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Playing around with Run Expectancy Matrix
Posted: 24 October 2008 02:56 PM   [ Ignore ]

I’ve been thinking about a play-by-play data based approach to gauge offensive production using the Run Expectancy Matrix I found here (
Per each plate appearance one compares the state before and after the ball is hit into play, the batter walks or strikes out. Therefore the result of runs scored+runs expected (after)-runs expected (before) is used to measure the offensive production of a player (positive=extra runs a player created compared to an average player, negative=runs a player cost a team compared to an average player).

Before: runners on first and second, 1 out = 0.971 runs expected (Player hits a ground rule double)
After: runners on second and third, 1 run scores, still one out= 1.467
So the batter is credited with +1.496 points.

Before: bases loaded 1 out=1.65 runs expected (Player hits into a double play)
After: inning ended=no runs
Batter is charged with -1.65 points

Of course offense is not all about batting so there a few open points:
*) stealing: baserunners earn/lose points based on results of stealing/getting caught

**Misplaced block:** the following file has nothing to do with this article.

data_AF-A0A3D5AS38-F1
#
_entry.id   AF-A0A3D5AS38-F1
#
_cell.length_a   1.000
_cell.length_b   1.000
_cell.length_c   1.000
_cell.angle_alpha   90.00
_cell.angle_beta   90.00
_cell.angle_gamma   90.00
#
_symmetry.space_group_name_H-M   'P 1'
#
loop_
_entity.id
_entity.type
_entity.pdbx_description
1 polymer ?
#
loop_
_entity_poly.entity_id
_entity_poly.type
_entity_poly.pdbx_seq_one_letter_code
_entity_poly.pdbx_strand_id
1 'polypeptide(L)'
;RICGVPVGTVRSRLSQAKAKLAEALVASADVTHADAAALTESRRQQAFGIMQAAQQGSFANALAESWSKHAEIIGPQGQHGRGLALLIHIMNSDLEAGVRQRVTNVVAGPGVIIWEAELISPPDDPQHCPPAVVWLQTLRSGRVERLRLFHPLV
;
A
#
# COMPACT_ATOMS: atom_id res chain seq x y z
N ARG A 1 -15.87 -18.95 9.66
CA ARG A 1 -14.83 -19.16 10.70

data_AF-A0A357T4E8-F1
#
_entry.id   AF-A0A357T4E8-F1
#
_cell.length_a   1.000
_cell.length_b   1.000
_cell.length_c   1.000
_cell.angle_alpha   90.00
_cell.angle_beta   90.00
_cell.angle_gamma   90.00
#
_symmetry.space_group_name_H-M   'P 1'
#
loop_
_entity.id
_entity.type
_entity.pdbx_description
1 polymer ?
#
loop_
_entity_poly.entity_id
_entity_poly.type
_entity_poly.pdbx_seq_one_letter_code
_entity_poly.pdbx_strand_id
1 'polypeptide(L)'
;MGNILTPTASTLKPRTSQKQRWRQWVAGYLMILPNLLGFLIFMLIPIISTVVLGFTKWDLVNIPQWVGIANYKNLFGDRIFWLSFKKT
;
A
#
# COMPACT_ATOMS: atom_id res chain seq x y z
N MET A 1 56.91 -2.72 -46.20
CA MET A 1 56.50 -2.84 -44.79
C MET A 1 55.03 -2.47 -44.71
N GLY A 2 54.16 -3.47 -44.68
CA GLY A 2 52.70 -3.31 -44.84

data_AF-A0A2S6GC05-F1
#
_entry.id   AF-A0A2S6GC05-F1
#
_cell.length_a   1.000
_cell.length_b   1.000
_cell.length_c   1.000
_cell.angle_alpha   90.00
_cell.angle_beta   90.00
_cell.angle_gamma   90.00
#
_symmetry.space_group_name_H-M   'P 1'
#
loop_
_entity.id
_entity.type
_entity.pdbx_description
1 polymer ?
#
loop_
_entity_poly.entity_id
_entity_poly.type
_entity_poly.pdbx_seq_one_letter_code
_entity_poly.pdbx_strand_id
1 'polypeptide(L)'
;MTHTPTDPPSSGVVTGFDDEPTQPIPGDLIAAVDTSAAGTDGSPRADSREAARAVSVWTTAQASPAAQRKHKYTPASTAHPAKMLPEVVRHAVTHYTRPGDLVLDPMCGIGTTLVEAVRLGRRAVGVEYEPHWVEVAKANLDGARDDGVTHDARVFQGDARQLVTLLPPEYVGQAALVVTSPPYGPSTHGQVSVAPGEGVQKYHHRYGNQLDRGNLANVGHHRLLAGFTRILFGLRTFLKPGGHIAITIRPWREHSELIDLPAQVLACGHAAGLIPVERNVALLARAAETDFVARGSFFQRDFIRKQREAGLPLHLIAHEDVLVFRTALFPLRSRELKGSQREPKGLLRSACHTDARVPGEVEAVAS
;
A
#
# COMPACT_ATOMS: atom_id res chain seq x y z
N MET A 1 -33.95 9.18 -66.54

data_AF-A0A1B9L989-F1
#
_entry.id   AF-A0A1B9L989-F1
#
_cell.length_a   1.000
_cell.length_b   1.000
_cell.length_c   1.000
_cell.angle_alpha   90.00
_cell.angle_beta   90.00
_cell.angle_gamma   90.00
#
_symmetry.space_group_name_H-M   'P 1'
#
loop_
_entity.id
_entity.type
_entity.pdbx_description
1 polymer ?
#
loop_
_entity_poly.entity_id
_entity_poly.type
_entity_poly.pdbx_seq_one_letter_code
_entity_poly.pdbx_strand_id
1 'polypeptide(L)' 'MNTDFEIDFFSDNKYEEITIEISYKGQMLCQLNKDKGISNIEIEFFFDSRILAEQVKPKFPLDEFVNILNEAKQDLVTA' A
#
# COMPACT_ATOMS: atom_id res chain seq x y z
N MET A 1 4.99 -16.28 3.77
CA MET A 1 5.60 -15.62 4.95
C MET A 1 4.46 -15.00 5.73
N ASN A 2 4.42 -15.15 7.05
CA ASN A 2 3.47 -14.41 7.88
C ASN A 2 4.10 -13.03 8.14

E.g. before: runner on first nobody out 0.953 runs expected to score, (runner gets caught stealing 2nd)
    after: nobody on 1 out 0.297 runs expected to score, runner charged with -0.686 points
*) errors: that#s a tricky one. I’m leaning towards not awarding any points for advances on the basepathes, runs scored..etc based on errors
*) wild pitches: players of the offense are not credited with points

Applied the model to World Series game 1 and got some interesting results:
Jimmy Rollins and BJ Upton both got about -3 points (mostly for hitting into double plays) and Iwamura and Utley lead the pack with about 1.8 points.

Okay so what do you think about that? (If there’s something different I got to apologize I didn’t want to steal someone else’s idea)
Obviously it would be a little complicated to determine and much like the RBI stat a player’s performance depends on the work of his colleagues but IMO an advantage is that it would take GDPs into account which hurt alot.

PS: Please excuse my bad English (that’s not my native tongue)

Posted: 24 October 2008 07:46 PM   [ Ignore ]   [ # 1 ]

Some of this is already done, at  They have the full regular season results available in terms of both runs and wins added above the average hitter.

Posted: 24 October 2008 09:18 PM   [ Ignore ]   [ # 2 ]

Okay thanks a lot should be the BRAA stat.